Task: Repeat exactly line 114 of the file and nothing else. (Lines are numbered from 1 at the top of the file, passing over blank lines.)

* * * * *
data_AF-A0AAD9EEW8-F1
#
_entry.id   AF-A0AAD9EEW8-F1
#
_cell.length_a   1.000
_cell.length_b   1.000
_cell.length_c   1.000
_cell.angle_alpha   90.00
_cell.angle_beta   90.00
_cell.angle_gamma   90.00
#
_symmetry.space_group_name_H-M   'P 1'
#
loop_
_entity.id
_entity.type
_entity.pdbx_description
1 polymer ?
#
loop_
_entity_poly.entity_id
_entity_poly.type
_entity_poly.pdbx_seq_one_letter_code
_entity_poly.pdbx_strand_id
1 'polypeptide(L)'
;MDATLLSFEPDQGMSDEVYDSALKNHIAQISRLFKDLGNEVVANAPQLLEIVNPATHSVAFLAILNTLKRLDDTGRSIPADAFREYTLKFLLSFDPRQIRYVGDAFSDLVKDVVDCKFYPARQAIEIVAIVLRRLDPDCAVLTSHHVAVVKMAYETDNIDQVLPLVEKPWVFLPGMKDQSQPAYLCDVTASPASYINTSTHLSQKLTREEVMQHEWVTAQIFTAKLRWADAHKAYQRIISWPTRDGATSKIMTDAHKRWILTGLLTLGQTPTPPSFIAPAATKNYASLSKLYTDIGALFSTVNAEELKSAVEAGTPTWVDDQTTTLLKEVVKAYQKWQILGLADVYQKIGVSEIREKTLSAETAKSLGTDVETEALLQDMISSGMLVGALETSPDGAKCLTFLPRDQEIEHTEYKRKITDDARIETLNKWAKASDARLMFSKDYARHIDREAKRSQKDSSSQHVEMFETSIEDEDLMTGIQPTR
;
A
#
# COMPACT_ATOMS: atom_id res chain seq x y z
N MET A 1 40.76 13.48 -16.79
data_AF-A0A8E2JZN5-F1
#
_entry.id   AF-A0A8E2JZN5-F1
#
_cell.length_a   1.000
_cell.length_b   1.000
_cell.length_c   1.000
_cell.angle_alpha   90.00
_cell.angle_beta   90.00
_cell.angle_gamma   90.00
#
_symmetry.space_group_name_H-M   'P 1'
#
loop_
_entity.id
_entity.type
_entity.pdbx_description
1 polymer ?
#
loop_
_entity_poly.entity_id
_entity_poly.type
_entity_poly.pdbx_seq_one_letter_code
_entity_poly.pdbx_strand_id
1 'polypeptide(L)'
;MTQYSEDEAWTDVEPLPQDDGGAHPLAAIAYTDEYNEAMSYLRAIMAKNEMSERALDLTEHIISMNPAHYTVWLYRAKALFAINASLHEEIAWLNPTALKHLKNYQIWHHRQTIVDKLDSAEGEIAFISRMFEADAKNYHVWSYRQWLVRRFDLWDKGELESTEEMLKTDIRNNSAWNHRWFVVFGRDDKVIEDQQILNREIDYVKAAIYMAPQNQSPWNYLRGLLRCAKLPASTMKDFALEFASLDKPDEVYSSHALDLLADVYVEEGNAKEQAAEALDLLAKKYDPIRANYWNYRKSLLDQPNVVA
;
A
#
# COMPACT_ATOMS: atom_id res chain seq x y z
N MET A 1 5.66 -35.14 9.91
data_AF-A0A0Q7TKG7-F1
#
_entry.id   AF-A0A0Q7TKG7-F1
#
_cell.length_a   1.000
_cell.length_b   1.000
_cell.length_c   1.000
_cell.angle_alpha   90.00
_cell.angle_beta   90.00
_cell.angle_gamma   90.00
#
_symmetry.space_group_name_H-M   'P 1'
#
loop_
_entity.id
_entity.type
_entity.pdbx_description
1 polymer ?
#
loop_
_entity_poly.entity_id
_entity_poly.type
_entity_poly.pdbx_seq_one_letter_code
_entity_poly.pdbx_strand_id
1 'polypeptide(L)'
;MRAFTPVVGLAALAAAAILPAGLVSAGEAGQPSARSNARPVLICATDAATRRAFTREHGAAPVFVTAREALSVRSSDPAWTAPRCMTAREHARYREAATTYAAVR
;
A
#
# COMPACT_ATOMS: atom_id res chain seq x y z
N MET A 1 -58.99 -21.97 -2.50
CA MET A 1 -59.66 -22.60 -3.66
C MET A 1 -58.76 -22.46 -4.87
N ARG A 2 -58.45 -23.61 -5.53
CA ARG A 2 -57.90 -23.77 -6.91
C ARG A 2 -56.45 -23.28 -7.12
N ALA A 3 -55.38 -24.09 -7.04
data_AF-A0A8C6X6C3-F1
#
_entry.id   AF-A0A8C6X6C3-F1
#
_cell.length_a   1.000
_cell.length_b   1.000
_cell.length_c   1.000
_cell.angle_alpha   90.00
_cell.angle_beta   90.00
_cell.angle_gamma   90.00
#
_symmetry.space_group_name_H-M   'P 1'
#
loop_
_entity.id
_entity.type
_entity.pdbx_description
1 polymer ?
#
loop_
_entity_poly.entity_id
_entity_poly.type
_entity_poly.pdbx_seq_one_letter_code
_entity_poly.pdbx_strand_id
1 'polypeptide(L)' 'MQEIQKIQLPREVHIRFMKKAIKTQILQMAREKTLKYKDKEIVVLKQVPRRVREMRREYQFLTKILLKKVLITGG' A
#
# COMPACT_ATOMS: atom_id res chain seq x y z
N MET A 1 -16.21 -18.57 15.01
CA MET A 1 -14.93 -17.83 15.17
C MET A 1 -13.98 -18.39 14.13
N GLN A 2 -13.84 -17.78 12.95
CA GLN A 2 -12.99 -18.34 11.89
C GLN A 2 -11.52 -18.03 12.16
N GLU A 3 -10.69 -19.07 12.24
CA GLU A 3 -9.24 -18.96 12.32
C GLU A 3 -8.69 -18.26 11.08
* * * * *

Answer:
_entity.id